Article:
** After clamoring for him all season, Tigers’ fans finally got a look at top outfield prospect Christin Stewart in September, and the 24-year-old didn’t disappoint. He’s a below-average defender and projects as a designated hitter down the road, but his bat looks MLB-ready. He held his own in his first exposure, slashing .267/.375/.415 with a pair of homers, 10 RBI and a 13/10 K/BB ratio in his first 72 plate appearances. Expect him to play everyday and hit near the middle of the lineup. Stewart finished the 2018 campaign with 25 long balls between the Tigers and Triple-A Toledo, after blasting 28 home runs in the minors in 2017 and 30 the year prior.
** Matt Boyd finally started to deliver on some of his promise in 2018, posting a 1.16 WHIP and 8.4 K/9 across 170 ⅓ innings. Some will glance at the 9-13 record or 4.39 ERA and write him off, but there’s talent here, especially pitching in the AL Central. Before stumbling in his last two starts, Boyd had posted a 3.09 ERA, 0.93 WHIP and 68/13 K/BB ratio over 67 innings in his first 11 starts after the All-Star break. The 27-year-old will slot in nicely as a fifth or sixth starter in deeper mixed league formats.
** With another year of rebuilding on tap for the Tigers in 2019, Niko Goodrum should find himself in the lineup on a near-nightly basis again. While the batting average was middling, the 26-year-old managed to slug 16 homers and swipe 12 bases in only 492 plate appearances. If you play in a league that utilizes 10 games played to determine position eligibility, he’ll enter the 2019 season qualifying in the outfield and at all four infield spots. That type of versatility can be extremely valuable as the season progresses.
** The Tigers' top five prospects heading into the 2019 season are all hard-throwing pitchers -- right-handers Casey Mize, Beau Burrows, Matt Manning and Alex Faedo and left-hander Franklin Perez. At least a few of these guys are going to break through and crack the Tigers' rotation in 2019, with most of them possessing high strikeout potential. They're names to keep in mind in the reserve rounds of deep-roster slow drafts over the winter.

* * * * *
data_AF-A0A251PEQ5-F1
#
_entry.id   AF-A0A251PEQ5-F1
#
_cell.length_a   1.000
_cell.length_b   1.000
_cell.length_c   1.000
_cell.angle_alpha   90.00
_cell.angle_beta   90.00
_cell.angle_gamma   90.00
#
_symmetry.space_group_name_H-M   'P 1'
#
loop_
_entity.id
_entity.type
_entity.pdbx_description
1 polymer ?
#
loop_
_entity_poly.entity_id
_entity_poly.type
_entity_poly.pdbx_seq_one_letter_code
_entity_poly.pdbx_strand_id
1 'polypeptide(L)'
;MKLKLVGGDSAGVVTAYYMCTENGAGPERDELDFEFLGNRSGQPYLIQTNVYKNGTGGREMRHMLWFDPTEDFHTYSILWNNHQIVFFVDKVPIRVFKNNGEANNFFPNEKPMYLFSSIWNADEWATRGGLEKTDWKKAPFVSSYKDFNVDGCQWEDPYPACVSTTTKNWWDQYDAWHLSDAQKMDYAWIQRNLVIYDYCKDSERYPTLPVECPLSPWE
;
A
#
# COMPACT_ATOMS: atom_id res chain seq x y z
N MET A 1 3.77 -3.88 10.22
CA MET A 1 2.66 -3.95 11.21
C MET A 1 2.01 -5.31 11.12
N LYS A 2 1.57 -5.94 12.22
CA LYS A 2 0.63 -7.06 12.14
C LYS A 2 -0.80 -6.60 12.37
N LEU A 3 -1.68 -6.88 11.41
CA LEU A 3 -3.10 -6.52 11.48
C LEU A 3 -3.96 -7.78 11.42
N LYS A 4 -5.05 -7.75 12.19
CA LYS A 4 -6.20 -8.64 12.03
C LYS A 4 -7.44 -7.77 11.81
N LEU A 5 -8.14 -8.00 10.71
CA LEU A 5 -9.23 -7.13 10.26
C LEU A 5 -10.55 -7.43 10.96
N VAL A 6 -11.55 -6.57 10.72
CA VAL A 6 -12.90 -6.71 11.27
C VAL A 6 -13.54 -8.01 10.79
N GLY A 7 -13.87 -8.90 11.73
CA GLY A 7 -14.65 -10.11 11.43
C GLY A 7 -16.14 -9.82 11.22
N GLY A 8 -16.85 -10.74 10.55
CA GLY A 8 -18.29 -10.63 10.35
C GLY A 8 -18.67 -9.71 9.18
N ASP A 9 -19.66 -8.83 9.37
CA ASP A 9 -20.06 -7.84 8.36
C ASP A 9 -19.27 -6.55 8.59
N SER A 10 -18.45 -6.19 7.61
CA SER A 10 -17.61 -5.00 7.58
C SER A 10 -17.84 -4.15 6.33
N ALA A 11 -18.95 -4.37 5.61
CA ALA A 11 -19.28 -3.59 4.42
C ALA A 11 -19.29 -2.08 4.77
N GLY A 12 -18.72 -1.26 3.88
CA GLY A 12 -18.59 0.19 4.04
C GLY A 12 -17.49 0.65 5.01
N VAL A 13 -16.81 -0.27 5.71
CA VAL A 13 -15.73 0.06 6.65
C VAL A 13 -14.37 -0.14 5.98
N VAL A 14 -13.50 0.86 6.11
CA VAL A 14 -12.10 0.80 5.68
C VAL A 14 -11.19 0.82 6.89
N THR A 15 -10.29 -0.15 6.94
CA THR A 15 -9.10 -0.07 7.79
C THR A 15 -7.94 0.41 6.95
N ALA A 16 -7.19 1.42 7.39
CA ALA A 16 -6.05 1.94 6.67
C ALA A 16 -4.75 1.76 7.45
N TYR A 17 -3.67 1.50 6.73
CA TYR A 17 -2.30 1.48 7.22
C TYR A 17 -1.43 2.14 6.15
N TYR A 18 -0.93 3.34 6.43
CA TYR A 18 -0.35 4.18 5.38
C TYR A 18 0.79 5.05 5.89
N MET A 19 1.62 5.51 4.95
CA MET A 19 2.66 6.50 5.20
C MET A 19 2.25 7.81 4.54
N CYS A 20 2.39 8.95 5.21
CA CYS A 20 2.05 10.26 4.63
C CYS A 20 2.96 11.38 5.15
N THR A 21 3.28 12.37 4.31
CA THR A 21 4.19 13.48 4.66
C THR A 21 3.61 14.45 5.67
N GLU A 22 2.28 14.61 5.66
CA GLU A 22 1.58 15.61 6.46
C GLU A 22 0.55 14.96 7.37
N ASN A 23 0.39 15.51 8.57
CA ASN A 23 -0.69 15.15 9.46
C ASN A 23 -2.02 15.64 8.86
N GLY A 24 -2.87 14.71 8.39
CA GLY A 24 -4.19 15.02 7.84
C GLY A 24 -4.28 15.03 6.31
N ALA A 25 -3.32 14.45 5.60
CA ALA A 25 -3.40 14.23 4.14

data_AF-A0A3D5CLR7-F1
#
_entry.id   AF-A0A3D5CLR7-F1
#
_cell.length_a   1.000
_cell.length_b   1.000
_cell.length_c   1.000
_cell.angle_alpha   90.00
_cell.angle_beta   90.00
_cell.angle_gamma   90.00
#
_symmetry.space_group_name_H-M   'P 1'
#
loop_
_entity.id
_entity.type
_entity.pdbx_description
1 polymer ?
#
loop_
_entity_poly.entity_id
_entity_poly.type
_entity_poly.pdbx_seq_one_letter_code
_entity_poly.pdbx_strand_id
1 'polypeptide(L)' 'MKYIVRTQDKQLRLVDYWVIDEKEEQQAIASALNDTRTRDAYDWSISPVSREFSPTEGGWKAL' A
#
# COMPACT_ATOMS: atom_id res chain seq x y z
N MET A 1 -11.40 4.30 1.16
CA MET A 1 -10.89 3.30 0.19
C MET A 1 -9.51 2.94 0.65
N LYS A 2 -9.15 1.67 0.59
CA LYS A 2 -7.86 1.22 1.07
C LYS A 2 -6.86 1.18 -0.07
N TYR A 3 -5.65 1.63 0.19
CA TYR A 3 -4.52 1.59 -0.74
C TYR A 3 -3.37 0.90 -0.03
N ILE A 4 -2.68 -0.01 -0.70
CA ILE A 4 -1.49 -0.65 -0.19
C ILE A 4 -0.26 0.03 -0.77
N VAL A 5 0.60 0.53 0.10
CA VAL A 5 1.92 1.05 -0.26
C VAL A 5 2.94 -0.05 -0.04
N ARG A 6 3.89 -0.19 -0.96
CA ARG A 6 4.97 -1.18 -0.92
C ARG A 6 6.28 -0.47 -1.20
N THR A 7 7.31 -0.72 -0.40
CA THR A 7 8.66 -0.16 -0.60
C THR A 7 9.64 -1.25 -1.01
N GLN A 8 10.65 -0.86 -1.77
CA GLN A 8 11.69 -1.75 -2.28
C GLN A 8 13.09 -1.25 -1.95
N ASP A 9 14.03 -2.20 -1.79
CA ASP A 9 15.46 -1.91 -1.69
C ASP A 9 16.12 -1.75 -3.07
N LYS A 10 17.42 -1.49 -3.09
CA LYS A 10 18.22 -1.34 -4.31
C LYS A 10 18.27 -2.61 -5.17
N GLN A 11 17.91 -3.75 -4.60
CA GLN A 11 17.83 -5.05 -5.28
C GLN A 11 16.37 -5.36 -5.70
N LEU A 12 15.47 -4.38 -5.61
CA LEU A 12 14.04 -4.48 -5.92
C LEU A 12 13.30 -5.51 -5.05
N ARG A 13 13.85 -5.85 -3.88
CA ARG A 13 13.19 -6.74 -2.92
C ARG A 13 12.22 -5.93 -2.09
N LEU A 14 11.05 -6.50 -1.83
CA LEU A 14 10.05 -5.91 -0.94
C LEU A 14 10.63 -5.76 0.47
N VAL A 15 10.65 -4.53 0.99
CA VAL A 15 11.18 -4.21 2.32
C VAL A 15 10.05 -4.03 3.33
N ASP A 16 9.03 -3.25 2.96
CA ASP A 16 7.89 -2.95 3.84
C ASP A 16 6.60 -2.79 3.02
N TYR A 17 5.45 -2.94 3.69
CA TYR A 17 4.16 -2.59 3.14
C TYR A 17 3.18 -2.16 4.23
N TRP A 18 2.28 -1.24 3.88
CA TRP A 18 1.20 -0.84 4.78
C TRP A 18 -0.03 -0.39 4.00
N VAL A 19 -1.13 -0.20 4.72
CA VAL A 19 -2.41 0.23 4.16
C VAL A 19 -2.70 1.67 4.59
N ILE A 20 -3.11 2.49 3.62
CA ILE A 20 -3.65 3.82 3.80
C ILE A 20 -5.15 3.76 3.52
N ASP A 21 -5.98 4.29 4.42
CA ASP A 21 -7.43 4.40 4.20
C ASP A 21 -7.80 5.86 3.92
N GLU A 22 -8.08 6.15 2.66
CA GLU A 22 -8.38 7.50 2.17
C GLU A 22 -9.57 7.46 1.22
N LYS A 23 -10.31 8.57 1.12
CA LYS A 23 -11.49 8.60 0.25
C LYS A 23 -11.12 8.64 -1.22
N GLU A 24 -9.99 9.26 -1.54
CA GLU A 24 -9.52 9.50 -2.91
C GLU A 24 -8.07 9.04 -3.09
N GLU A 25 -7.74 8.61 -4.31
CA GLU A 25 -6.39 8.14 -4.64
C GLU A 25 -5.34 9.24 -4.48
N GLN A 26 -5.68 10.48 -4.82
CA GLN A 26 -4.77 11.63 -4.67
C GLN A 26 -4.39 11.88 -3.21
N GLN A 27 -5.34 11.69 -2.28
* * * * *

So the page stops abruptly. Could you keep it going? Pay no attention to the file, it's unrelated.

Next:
** Speaking of names to keep in mind in slow drafts, Daz Cameron is a guy who deserves a mention as well. The son of long-time big leaguer Mike Cameron, the 21-year-old climbed three minor league rungs in 2018 from High-A Lakeland to Triple-A Toledo. All told, he slashed .264/.343/.406 with eight homers and 24 stolen bases. Like his father, he has nice range in center field and a nice blend of power and speed at the plate. With little to play for in 2019, there's no real reason for the Tigers to hold him down much longer than the Super-two deadline. Expect to see him arrive in Motown before June, and hold down the starting job in center field for the remainder of the season.
Team Needs: High-quality young position players that will be ready to produce in two or three years when this team is ready to compete. The Tigers have done a nice job stockpiling their organization with high-upside arms, but are still lacking in positional prospects and are extremely thin on talent in the major league lineup.At the moment, it looks like only Cabrera, Castellanos and Jeimer Candelario have starting spots in the lineup locked up heading into 2019, with Niko Goodrum holding down a utility role. The organization needs to stay the course and continue will the rebuild effort in 2019. They’d be wise to take a few veteran fliers on one-year contracts once again after having much success with Mike Fiers and Leonys Martin last offseason. A full season from Cabrera and another year of experience for the young guns should keep the Tigers from losing 100 games in 2019, but there's no reason to think that they're going to finish on the right side of .500. The big question heading into the offseason will be what to do with Nicholas Castellanos. Entering his final year of arbitration, the club may opt to field trade offers for him this winter if it looks like they can't come to an agreement on a long-term contract extension. They also need to make a decision on catcher James McCann, who looks like a non-tender candidate after a miserable season both offensively and defensively.